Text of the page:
Blue Jay Way has got to be the most repetitive song that The Beatles made, apart from Hey Jude. It’s a sound pastiche by George Harrison that is saved by the sonic landscape, but much like the previous instrumental is largely forgettable.

The next song Your Mother Should Know is a nice song about parents music from long ago. It’s a better piece than the previous two songs, and sounds quite nice to listen to, even today.

The fantastic I Am The Walrus follows and features some totally surreal lyrics by John Lennon. It’s a pop classic that is often referenced in the history books. It has some absolutely fantastic tape sounds cut up, and delivered. The outro, in particular, shows this, it’s brilliant.

Hello, Goodbye is an old-fashioned call and response song by Paul McCartney. Both of the main songwriters in The Beatles were equals in their overall ability to create songs that were perfect pop pieces. This is a goodie.

Strawberry Fields Forever is a great psychedelic song by John Lennon about his childhood experiences in a real-life area in his Liverpool hometown. It starts off nicely, before going into a very psychedelic piece with a surprise outro. Pay attention to that as well.

Paul returns with Penny Lane, a simple song about his own childhood haunt where bizarre things happen in a pleasant way. It’s a great song and is very singalong in nature.

The next song, Baby, You’re A Rich Man is straightforward and fun to listen to. Obviously, The Beatles had not just psychedelic sounds at their disposal, but great pop sensibilities too.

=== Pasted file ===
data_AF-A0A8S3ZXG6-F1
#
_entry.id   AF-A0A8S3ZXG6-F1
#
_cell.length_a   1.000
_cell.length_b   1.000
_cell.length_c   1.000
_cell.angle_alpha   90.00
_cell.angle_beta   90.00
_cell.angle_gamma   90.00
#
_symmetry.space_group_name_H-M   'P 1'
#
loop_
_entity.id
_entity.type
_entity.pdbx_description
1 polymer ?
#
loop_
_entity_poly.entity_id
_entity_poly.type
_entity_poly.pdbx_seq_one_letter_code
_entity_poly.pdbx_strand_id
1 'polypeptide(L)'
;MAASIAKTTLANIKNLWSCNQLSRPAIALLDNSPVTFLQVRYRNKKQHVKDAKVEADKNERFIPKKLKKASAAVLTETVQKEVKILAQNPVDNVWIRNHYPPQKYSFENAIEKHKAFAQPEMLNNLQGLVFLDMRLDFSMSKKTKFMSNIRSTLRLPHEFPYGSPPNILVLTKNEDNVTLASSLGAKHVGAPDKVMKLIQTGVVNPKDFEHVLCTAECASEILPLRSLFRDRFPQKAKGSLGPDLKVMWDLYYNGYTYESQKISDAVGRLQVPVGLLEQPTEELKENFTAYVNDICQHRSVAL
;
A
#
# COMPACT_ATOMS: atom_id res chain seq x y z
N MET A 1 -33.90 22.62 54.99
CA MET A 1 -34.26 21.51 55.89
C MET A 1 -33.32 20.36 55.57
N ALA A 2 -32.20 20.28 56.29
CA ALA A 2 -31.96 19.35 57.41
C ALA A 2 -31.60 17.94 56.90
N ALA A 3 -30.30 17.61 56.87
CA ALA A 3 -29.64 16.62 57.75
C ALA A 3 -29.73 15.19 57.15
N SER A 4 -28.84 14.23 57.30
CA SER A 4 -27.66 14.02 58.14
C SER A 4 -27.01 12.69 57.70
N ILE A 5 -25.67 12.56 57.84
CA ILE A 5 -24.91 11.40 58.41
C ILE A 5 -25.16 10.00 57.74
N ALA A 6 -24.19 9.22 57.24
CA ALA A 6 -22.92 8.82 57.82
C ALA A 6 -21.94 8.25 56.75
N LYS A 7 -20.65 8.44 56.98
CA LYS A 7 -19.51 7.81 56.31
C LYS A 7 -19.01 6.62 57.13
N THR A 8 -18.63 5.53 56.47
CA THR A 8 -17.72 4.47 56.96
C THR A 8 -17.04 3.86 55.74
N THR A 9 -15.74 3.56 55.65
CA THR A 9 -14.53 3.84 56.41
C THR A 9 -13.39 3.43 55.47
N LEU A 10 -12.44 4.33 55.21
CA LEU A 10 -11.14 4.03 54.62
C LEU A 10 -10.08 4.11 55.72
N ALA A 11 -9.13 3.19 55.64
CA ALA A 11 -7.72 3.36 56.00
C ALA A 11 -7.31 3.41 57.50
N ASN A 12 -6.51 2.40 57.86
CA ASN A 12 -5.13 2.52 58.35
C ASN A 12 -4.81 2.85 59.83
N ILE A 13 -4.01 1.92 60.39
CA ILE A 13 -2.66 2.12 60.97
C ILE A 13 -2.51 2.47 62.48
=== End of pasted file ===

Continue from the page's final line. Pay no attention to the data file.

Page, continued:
All You Need Is Love finishes the album and although it’s a good song, it hasn’t aged all that well. It sounds a little corny in retrospect, although this was not intended at the time.

If you loved Sgt. Pepper and you love The Beatles, this album is a pick for you. It features some amazingly psychedelic sounds and textures that still are unmatched today. The songs are excellent too. The only downside is that, unlike Sgt. Pepper, it’s not a concept album. But it’s just as necessary in your collection all the same.

8/10

Oasis – Definitely Maybe (1994)

Prior to Oasis, British music lacked an identity during the 1990s. Grunge rock was everywhere, particularly prior to Kurt Cobain’s suicide. There seemingly was a lack of cultural and individual need for rock music to thrive in the UK.

Then, along came Oasis.

Oasis was the most identifiable rock group of the 1990s and re-energized the rock scene for the first time in a long time. They seemed light years away from bad keyboard sounds, weird haircuts and the Thatcherism of the 1980s. They combined the best elements of pop and rock culture into their songs and sang from a deeply emotional and upbeat place.

Their first album, Definitely Maybe, is their best by far. It’s also their most punkish album as well. It features Liam Gallagher’s unique vocal (a John Lennon/John Lydon hybrid), Noel Gallagher’s awesome songwriting skills, loud rhythm guitar parts, fluid basslines, and tom-tom style drums. But on a deeper level, it features great songs with realistically meaningful lyrics and catchy melodies too. It was also the first record to use the mixing technique of “brickwalling” (everything cranked to full).